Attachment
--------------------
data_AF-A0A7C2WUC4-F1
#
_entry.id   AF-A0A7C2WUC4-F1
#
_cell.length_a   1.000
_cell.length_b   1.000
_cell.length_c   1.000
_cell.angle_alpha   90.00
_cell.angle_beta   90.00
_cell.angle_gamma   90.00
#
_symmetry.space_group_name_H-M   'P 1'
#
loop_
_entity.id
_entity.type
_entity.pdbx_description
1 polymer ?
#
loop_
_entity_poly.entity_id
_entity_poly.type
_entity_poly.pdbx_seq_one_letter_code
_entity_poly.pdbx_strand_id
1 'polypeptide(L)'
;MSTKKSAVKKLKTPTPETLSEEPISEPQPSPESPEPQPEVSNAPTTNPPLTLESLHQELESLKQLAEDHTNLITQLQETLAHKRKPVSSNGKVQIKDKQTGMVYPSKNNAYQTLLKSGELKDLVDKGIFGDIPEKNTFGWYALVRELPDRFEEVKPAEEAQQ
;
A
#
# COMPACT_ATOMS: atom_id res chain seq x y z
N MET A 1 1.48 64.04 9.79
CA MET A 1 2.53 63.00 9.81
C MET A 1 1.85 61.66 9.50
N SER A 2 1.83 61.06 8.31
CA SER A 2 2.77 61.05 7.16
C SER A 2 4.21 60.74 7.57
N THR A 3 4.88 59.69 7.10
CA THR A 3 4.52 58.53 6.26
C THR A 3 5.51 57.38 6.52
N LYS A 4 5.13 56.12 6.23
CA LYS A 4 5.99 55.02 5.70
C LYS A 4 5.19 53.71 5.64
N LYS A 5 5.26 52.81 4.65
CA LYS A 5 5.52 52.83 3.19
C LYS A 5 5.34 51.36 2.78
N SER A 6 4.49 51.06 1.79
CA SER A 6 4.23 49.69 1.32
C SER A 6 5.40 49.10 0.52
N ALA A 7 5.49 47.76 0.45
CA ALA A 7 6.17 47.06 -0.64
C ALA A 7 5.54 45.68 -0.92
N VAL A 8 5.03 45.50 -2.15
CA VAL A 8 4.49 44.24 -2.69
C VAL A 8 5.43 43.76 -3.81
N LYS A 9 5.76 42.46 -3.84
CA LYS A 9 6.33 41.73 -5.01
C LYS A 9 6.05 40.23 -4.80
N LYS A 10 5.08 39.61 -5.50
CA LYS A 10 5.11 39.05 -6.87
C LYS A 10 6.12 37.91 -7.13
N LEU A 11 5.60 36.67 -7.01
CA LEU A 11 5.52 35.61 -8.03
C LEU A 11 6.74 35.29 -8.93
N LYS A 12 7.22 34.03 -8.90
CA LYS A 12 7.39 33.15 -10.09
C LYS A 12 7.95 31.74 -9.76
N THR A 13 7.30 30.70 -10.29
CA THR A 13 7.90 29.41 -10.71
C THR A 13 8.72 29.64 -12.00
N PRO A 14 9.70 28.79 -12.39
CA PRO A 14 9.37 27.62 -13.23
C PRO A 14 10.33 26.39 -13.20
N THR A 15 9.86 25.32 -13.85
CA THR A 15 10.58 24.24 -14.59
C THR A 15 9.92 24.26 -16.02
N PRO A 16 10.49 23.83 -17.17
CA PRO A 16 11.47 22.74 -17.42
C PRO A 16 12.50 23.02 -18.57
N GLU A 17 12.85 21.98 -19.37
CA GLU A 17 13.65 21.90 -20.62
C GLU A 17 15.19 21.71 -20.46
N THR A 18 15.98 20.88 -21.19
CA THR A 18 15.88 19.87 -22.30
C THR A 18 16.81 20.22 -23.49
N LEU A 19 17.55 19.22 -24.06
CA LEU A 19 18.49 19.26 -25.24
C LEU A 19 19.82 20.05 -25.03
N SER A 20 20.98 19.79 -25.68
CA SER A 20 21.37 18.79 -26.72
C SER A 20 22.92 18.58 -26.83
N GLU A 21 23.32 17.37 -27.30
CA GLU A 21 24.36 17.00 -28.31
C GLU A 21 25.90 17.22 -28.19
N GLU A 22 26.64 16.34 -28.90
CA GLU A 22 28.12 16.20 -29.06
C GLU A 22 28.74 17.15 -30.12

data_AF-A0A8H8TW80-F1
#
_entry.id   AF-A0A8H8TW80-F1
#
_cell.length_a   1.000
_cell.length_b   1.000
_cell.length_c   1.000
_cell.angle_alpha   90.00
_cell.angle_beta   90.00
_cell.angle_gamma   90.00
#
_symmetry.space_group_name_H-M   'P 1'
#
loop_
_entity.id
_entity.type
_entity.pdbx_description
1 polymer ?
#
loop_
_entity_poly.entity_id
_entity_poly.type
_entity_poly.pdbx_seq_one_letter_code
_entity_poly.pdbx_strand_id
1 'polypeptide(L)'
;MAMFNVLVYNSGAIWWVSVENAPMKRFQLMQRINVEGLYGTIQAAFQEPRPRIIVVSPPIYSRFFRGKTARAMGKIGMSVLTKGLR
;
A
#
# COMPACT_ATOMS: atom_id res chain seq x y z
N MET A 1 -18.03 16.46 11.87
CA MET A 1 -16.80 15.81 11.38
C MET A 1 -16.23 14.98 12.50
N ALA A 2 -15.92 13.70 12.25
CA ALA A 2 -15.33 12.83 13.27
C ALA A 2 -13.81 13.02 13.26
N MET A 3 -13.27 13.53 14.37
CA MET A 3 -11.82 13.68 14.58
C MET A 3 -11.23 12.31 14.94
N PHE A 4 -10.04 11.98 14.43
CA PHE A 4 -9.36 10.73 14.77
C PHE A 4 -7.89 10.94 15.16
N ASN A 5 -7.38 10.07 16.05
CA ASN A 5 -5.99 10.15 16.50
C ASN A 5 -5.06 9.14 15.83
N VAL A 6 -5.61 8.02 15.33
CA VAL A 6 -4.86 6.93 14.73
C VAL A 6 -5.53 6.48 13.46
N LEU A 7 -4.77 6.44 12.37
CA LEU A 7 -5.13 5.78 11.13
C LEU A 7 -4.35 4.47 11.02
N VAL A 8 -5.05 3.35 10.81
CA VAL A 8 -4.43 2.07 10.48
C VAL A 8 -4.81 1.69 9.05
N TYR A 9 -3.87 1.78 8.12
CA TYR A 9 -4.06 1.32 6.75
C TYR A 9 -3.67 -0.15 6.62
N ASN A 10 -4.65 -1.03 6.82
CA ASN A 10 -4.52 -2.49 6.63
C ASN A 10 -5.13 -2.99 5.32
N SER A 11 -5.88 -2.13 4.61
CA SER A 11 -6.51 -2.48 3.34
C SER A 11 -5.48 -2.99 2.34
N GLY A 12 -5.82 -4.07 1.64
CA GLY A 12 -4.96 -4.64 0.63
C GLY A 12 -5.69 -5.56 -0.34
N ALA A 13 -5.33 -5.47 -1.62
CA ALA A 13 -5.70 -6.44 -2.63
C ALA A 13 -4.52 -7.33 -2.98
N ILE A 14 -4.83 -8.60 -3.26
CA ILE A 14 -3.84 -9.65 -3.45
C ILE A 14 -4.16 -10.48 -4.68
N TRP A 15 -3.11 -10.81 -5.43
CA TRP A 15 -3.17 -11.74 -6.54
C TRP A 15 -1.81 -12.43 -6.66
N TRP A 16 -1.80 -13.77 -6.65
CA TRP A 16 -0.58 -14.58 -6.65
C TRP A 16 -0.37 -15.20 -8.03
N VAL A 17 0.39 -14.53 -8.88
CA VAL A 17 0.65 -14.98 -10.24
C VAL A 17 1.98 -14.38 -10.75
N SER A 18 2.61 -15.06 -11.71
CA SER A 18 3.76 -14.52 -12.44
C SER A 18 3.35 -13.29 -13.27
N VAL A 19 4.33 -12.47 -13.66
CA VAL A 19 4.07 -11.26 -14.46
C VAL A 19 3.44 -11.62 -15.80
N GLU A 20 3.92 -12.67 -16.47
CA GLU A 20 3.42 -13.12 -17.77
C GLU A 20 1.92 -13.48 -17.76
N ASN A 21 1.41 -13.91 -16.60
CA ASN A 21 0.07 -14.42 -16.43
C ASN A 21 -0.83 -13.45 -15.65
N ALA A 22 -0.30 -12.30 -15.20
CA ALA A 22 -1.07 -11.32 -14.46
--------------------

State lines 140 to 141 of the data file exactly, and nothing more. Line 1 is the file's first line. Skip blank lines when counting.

CA ASN A 5 -5.99 10.15 16.50
C ASN A 5 -5.06 9.14 15.83